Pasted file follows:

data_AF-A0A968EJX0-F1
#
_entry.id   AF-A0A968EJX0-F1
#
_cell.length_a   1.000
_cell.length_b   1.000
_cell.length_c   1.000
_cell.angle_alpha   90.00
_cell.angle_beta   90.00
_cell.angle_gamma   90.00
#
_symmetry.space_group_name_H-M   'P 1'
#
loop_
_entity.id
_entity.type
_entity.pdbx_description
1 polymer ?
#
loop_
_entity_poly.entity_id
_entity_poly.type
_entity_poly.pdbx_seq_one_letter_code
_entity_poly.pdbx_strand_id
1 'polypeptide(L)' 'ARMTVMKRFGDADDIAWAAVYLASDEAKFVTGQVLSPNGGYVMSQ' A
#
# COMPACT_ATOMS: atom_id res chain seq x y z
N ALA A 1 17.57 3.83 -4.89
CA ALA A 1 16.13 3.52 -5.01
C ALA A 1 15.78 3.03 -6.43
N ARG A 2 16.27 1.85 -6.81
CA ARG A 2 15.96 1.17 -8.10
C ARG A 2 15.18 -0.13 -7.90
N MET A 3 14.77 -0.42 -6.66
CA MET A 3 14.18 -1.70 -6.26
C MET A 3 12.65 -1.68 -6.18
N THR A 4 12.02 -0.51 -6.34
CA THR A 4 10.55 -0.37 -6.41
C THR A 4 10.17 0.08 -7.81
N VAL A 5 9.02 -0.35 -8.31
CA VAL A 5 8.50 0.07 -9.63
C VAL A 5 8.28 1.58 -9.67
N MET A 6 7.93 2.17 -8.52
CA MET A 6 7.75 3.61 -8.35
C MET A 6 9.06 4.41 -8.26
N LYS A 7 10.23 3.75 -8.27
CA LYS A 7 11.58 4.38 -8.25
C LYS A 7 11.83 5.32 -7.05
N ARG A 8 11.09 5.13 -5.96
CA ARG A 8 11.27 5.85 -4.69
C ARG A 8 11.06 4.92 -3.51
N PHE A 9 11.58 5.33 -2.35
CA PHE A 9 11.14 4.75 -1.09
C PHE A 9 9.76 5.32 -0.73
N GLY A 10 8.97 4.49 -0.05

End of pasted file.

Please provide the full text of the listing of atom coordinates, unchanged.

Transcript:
data_AF-A0A968EJX0-F1
#
_entry.id   AF-A0A968EJX0-F1
#
_cell.length_a   1.000
_cell.length_b   1.000
_cell.length_c   1.000
_cell.angle_alpha   90.00
_cell.angle_beta   90.00
_cell.angle_gamma   90.00
#
_symmetry.space_group_name_H-M   'P 1'
#
loop_
_entity.id
_entity.type
_entity.pdbx_description
1 polymer ?
#
loop_
_entity_poly.entity_id
_entity_poly.type
_entity_poly.pdbx_seq_one_letter_code
_entity_poly.pdbx_strand_id
1 'polypeptide(L)' 'ARMTVMKRFGDADDIAWAAVYLASDEAKFVTGQVLSPNGGYVMSQ' A
#
# COMPACT_ATOMS: atom_id res chain seq x y z
N ALA A 1 17.57 3.83 -4.89
CA ALA A 1 16.13 3.52 -5.01
C ALA A 1 15.78 3.03 -6.43
N ARG A 2 16.27 1.85 -6.81
CA ARG A 2 15.96 1.17 -8.10
C ARG A 2 15.18 -0.13 -7.90
N MET A 3 14.77 -0.42 -6.66
CA MET A 3 14.18 -1.70 -6.26
C MET A 3 12.65 -1.68 -6.18
N THR A 4 12.02 -0.51 -6.34
CA THR A 4 10.55 -0.37 -6.41
C THR A 4 10.17 0.08 -7.81
N VAL A 5 9.02 -0.35 -8.31
CA VAL A 5 8.50 0.07 -9.63
C VAL A 5 8.28 1.58 -9.67
N MET A 6 7.93 2.17 -8.52
CA MET A 6 7.75 3.61 -8.35
C MET A 6 9.06 4.41 -8.26
N LYS A 7 10.23 3.75 -8.27
CA LYS A 7 11.58 4.38 -8.25
C LYS A 7 11.83 5.32 -7.05
N ARG A 8 11.09 5.13 -5.96
CA ARG A 8 11.27 5.85 -4.69
C ARG A 8 11.06 4.92 -3.51
N PHE A 9 11.58 5.33 -2.35
CA PHE A 9 11.14 4.75 -1.09
C PHE A 9 9.76 5.32 -0.73
N GLY A 10 8.97 4.49 -0.05